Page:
Unusual performance piece about communication and understanding with a different guest actor at every performance who is given a sealed envelope by the Iranian playwright.
In the course of this unusual performance piece, the actor and the audience learn a bit of Farsi, the author’s native language, and actor and author share stories of their lives and likes, and become friends. There is audience participation and volunteers are called for. The playwright eventually joins the actor on stage but remains silent, communicating by pointing to the script which is projected so that the audience can see the author’s questions and instructions to the actor. The play is a series of exercises, games and tests.
What becomes clear is that the subtext is communication between nations and cultures. Nassim was not allowed to leave Iran to see performances of his White Rabbit Red Rabbit and he has never seen one of his plays performed in Farsi. By the end of the brief play the actor and the audience know a good deal more about Iran and Iranian culture than when they arrived at the theater.
Obviously the play will change a good deal at each performance based on who the guest actor is and he or she has to develop a quick rapport with both audience and playwright from the beginning. It is also like watching a circus perform without a net as anything can happen. Among the guest actors who have already appeared have been playwrights Craig Lucas and Tracy Letts, and stage and screen stars Brad Oscar, Amy Ryan, Michael Chernas, Linda Emond, Michael Shannon, Michael Urie and John Gallagher, Jr.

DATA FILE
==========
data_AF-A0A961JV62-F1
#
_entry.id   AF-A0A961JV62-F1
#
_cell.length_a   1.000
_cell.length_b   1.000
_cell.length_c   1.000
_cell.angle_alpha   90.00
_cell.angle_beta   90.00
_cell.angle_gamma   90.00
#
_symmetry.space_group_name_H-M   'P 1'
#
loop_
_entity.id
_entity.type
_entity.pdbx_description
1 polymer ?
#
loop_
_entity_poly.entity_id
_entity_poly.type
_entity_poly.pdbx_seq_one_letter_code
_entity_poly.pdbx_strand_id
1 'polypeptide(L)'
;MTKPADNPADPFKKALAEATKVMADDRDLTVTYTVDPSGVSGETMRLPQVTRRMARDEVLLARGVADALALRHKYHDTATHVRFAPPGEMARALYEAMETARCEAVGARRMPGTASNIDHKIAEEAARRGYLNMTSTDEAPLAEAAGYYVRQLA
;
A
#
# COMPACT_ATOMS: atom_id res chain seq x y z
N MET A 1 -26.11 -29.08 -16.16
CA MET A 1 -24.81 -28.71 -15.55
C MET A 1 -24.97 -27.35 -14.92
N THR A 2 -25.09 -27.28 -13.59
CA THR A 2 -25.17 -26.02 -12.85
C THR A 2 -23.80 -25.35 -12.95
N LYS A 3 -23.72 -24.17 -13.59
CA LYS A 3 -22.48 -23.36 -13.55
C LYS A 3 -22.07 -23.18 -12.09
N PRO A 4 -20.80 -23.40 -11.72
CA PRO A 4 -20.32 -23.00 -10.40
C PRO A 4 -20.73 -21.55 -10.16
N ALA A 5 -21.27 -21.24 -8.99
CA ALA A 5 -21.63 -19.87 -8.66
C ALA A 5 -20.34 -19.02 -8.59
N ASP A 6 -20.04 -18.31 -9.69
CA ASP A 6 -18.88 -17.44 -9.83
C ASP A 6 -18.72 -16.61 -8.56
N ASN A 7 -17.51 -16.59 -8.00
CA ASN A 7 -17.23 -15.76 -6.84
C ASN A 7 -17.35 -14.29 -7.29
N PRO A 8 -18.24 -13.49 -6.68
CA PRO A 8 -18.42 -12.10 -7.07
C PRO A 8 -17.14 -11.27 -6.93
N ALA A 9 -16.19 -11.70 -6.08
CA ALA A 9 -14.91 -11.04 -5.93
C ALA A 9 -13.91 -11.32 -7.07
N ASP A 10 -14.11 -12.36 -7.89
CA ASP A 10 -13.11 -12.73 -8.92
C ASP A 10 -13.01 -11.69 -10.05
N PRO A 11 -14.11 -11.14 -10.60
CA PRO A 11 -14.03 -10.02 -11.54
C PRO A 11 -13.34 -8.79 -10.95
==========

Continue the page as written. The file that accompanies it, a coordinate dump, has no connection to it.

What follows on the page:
At the performance under review, the guest actor was director Seth Barrish, co-founder and co-artistic director for the The Barrow Group and who has staged both the Broadway and Off Broadway productions of Mike Birbiglia in The New One. He immediately established a charming, self-effacing rapport with the audience, growing more comfortable over time. When Nassim finally is talked into joining him on stage, he also proved to be an engaging and appealing presence, though a silent one. Directed by Omar Elerian, who staged the world premiere at London’s Bush Theatre, even at 75 minutes the play seems a bit on the light side as not a great deal happens though different performers may react differently with different audiences and its charm may not work on all theatergoers. Nevertheless, Nassim is a unique evening in the theater for those who give themselves up to the experience.
Nassim (through April 20, 2019)
Bush Theatre (London)
New York City Center Stage II, 131 W. 55th Street, in Manhattan
For tickets, 212-581-1212 or visit http://www.Barrowstreettheatre.com
Running time: one hour and 15 minutes with no intermission
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